This was fortunate because the typical markers for lupus were not elevated. Jeffrey did, however, have a specific type of systemic lupus that was attacking his kidneys. “There was just one marker for his specific disease that would have been missed on a routine screening,” notes Dr. Briley, “and we may never have figured it out without testing all his antibodies.”

Dr. Briley talked to Jeffrey’s nephrologist and was able to get him started on immunosuppressants before he ever had to go on dialysis. His kidney function improved, and he started to gain back the weight he’d lost.  Jeffrey began to feel like a normal person again, all thanks to a mysterious rash. And, of course, to Dr. Briley.

Hives: Another Diagnostic Difficulty

Hives, medically termed urticaria, are another common problem most often experienced by people having an allergic reaction. Food allergies, medication allergies, or an environmental exposure can all cause this raised, red, incredibly itchy type of rash.

“Chronic hives are one of the most challenging things I deal with,” Dr. Briley says. “Usually, someone will come in with hives that started after taking a new antibiotic, or coinciding with a lot of stress—something that has gotten the immune system to attack the skin for one reason or another. Typically I can put them on an antihistamine, and the body works itself out in a week or two.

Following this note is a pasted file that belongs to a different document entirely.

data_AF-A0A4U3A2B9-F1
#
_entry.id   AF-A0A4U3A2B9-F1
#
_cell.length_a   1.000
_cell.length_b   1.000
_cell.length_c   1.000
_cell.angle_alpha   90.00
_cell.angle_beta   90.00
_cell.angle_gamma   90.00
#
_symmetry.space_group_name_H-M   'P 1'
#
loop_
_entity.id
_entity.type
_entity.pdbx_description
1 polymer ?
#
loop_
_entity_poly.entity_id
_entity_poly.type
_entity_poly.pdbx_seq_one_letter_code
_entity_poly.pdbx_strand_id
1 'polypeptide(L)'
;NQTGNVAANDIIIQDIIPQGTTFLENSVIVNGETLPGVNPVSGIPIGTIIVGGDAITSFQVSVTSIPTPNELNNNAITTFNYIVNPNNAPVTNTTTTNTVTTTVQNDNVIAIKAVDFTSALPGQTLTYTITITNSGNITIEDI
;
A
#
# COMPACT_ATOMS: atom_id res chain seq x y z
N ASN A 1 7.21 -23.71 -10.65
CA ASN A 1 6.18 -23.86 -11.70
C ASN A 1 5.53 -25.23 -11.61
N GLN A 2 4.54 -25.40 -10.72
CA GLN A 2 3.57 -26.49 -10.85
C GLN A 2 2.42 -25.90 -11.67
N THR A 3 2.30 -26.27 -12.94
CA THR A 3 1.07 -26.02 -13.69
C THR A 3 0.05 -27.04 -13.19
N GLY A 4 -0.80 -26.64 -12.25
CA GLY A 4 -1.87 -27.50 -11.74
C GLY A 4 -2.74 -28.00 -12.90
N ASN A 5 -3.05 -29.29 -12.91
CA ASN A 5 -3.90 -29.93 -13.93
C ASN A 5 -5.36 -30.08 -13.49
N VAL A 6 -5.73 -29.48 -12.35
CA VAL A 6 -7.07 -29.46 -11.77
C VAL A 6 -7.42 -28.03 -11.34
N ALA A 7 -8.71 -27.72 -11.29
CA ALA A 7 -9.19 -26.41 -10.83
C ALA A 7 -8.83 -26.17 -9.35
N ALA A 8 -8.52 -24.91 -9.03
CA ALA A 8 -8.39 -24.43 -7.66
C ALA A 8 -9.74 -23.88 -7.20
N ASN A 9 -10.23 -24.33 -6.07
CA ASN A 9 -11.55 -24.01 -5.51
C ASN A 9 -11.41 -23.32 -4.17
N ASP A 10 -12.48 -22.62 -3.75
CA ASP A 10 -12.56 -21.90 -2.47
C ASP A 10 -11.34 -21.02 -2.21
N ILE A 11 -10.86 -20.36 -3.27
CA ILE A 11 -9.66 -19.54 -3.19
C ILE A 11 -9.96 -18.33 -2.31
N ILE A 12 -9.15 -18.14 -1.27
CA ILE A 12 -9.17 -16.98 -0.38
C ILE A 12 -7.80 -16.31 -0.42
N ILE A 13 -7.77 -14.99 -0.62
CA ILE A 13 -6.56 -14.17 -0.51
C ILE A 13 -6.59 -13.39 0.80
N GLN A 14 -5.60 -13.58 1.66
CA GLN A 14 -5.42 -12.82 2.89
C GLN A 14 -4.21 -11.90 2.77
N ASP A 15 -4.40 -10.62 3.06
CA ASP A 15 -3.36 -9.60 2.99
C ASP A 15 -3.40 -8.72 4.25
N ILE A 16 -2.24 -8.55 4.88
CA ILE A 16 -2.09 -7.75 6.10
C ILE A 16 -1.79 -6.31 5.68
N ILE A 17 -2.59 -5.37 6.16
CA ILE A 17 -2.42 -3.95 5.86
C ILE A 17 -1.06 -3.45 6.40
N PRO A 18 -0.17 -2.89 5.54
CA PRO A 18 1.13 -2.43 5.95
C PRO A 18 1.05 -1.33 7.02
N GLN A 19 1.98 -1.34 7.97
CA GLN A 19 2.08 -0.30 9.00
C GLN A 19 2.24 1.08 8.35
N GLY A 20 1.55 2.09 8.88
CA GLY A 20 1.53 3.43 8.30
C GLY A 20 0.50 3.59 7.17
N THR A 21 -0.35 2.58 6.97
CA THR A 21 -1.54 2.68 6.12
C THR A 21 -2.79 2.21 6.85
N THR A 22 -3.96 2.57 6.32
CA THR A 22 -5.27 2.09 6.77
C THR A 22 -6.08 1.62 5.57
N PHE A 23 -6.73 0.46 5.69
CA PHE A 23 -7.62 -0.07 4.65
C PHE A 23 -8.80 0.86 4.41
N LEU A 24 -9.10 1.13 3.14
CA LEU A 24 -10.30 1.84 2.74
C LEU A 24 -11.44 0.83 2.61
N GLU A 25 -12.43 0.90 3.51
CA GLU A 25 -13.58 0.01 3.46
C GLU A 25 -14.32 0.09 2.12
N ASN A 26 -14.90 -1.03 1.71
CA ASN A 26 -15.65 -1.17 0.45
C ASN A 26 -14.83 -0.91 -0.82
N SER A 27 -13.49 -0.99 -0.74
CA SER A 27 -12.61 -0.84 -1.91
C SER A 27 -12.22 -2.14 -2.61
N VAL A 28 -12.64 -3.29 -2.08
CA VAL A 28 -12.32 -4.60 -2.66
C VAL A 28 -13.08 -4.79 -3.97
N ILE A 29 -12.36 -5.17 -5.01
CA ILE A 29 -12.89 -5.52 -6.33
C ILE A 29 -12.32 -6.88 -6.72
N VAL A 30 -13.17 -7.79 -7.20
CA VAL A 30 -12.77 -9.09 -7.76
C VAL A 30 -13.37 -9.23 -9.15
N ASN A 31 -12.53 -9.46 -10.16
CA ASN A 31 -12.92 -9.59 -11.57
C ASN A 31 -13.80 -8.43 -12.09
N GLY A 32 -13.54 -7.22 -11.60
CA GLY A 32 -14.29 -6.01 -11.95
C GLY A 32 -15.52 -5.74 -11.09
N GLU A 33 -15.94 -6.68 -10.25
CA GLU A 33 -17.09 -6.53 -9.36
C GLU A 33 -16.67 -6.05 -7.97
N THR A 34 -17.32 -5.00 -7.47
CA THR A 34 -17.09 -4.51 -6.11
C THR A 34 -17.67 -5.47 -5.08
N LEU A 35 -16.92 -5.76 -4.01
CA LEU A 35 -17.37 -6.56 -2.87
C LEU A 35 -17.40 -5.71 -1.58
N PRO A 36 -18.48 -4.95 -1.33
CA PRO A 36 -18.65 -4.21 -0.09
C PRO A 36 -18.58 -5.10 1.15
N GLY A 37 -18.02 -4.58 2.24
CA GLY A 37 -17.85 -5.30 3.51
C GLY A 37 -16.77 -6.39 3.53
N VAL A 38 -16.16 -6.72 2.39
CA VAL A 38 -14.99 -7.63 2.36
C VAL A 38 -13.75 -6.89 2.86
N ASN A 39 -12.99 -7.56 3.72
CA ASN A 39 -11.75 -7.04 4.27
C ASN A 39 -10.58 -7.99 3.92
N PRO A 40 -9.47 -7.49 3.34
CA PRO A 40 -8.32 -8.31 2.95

“With chronic hives however, someone will come in and tell me they have itched every day of their life for years. This is a much more difficult problem to solve.”

Dr. Briley explains that what makes chronic hives more of a challenge is that whatever the initial event was that produced the hives, it’s long gone—often after many years—so discovering the cause is much less likely. “We end up doing an extensive work-up during the diagnostic process: Do they have thyroid disease? Do they have lupus?  But sometimes all we can come up with is that the body just got stuck producing the chemicals that force the hives to keep happening,” she says. “It’s really a very challenging thing to have to live with.

“Luckily,” says Dr. Briley, “today there is a new medication that alters thinking and outcomes. People used to have to live on Benadryl just to get through the day—which is a problem because it makes you really drowsy. Now there is a new medication called Xolair. It’s given by a monthly injection, and it’s amazing,” Dr. Briley says smiling. “I have patients who have itched for 10 years or more, and this just fixes it. These patients, who would come into my office sobbing from constant discomfort, are now able to get their lives back. It’s nice to have a treatment to offer them that really works.”